Maria Guitterez, originally from Oaxaca, Mexico and living in the United States illegally, was swindled out of $80,000 over ten years in an extended incident of immigration fraud. (Photo: Saul Gonzalez)

Maria Guitterez, originally from Oaxaca, Mexico and living in the United States illegally, was swindled out of $80,000 over ten years in an extended incident of immigration fraud. (Photo: Saul Gonzalez)

Los Angeles is a metropolis of immigrants, but many of  these newcomers are living in this country illegally. That’s what makes L.A. the unofficial capital of immigration fraud, where con artists play on people’s desperation to get residency papers so they can live in this country legally without fear of deportation.

Immigrant advocates such as those at L.A.’s Central American Refugee Center, or CARECEN,meet victims of fraud all the time. “It’s incredibly common, unfortunately. We estimate about a third to one-half of the individuals who come to seek legal assistance at CARECEN have a member of their family, or themselves, who have been victims of immigration fraud,” says Daniel Sharp, the legal director at CARECEN.

Immigration fraudsters include corrupt lawyers, notaries public and even a next-door neighbor or family friend. What unites them is their con, and it’s a simple one: offer the desperate undocumented immigrant the opportunity to stay in the country legally in exchange for money, sometimes lots of money.

EXPERIENCING DECEIT

Immigration fraud nearly destroyed the life of Maria Guitterez. Originally from Oaxaca, Mexico, Maria crossed the border illegally and settled in Los Angeles, searching, like so many other immigrants, for a better life. But Maria was desperate to get legal residency, especially after her children were born. That’s when she was approached by a family friend named Fidel Marquez.

Marquez told Maria that he had connections to immigration lawyers and could get her permission to live in the country. “The promise that he made constantly was you can be here legally, but with the condition that I pay every time he asked for money,” says Maria.

But the residency papers Marquez promised never appeared. He kept telling Maria to be patient and wait while demanding ever more money for his “services.” Maria, who worked in a variety of L.A. restaurant jobs as kitchen help, ended up giving Marquez $80,000 over ten years, essentially every extra penny she could spare. Why do it? Promises had turned to threats. “He would say if I didn’t pay the money, he knew where my children go to school, who they stay with,” says Maria.

But she finally became so desperate to find out what had happened to her applications for legal residency, applications Marquez had never filed in the first place, Maria went to the Los Angeles office of the pro bono legal aid clinic Public Counsel, mistakenly thinking it was the headquarters of federal immigration authorities. Maria had reached a point where she was willing to risk deportation in order to find out what had happened to all the money she had paid to Marquez over the years.

FINDING A SOLUTION

Maria with her attorney Gina Amato Lough of the pro-bono law firm Public Counsel. Hearing Maria’s story, Lough says “it was so convoluted and fantastical, I knew within 20 minutes it was a fraud.” (Photo: Saul Gonzalez)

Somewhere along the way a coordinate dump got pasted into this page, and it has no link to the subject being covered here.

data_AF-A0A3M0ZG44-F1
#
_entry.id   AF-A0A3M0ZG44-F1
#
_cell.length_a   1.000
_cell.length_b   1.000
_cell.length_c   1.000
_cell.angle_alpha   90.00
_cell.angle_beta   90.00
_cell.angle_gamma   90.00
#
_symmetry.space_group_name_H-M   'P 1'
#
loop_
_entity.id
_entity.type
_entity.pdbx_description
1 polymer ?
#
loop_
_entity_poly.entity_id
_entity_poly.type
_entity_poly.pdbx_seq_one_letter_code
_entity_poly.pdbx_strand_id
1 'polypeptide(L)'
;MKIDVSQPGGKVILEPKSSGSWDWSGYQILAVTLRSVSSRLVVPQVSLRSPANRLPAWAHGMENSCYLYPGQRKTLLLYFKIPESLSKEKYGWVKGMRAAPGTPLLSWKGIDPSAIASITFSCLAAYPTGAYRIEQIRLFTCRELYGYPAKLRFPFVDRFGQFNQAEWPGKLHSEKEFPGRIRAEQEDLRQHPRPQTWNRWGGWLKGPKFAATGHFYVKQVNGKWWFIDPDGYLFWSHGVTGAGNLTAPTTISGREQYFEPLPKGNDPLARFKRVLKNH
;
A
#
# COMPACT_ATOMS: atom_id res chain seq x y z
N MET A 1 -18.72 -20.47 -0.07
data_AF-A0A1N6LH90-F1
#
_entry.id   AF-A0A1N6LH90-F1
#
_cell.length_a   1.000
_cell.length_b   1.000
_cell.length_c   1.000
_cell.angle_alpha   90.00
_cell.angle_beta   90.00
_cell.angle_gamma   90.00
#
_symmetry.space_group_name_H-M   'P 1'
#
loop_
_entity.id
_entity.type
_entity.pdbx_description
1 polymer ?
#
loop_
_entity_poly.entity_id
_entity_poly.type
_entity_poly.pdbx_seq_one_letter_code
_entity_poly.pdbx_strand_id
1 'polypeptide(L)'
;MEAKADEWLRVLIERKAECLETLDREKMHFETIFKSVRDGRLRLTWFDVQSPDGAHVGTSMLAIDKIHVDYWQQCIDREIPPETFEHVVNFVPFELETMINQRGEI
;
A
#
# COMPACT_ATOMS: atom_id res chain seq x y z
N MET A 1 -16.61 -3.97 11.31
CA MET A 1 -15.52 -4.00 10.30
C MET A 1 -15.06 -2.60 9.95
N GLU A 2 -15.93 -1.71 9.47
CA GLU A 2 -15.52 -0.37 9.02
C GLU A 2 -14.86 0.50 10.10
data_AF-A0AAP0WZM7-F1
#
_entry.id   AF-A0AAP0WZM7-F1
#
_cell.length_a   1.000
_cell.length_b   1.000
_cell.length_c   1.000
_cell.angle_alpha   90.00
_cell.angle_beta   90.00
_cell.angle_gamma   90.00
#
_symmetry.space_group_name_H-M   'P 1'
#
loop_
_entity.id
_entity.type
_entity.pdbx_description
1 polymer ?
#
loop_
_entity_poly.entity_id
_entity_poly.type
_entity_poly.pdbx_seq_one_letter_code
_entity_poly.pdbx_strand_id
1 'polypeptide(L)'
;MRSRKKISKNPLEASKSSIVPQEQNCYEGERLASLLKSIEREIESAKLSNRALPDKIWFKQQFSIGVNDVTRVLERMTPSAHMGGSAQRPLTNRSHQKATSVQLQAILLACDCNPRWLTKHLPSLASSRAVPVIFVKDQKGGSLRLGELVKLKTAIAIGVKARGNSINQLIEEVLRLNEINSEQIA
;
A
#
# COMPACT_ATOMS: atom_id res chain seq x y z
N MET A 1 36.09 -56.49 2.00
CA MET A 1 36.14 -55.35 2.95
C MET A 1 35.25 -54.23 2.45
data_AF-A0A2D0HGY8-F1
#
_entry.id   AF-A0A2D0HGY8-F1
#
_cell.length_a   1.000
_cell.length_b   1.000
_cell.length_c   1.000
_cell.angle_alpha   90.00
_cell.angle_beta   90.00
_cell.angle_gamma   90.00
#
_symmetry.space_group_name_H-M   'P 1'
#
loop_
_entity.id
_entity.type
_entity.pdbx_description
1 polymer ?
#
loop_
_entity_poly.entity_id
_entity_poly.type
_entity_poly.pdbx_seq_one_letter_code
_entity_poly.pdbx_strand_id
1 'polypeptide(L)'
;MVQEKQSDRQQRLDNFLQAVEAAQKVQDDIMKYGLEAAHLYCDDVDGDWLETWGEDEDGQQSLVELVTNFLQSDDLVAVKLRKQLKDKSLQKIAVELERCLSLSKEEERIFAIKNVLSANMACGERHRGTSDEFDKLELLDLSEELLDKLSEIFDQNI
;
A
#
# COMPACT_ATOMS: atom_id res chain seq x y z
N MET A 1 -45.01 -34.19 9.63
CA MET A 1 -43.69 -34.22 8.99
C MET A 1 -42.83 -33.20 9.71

Maria with her attorney Gina Amato Lough of the pro-bono law firm Public Counsel. Hearing Maria’s story, Lough says “it was so convoluted and fantastical, I knew within 20 minutes it was a fraud.” (Photo: Saul Gonzalez)

It was at Public Counsel that Maria met immigration lawyer Gina Amato Lough, who heard her story. “It was so convoluted and fantastical, I knew within 20 minutes that it was a fraud,” says Lough.

With the help of Public Counsel, the fraud committed against Maria was exposed. She can now reside legally in the United States on a U visa, a residency document granted to people who are victims of crimes. As for Marquez, he was ordered by a court to pay back the money he swindled out of Maria, but has vanished.

Immigration advocates say it too difficult for victims of immigration fraud to find help or report the crime once they’ve been conned.  “Law enforcement isn’t really taking on the problem in a coordinated way,” says Daniel Sharp of CARECEN.

AFTER FRAUD, WHAT’S NEXT?

KCRW looked into how hard it is to report an incident of immigration fraud, calling help hotlines set up by both U.S. Citizenship and Immigration Services and the California Attorney General’s office. In a ping pong game of calling, each office directed us to the other one to find help.

When we brought up our experience to federal immigration authorities, they promised to correct the problem. “If the system was not easy for you to navigate, that is on us to address. I will be following up on our mechanism of engagement,” says Maria Moleno, the Director of Public Service and Engagement with U.S. Citizenship and Immigration Services.

Beyond reporting incidents of fraud, the federal government has  started a public education campaign to warn people about the danger of immigration fraud and trusting people who promise a quick and easy fix path to residency documents in exchange for money.  You can get information about that program, called The Wrong Help Can Hurt

As for Maria, she’s now trying to raise her children and piece together her life after so many years of being a victim. Knowing now that there are many others out there like her, she offers this advice to immigrants who suspect they’re getting conned. “You don’t have to be afraid like I was,” she says. “People might threaten you, but you have to confront them.”

 

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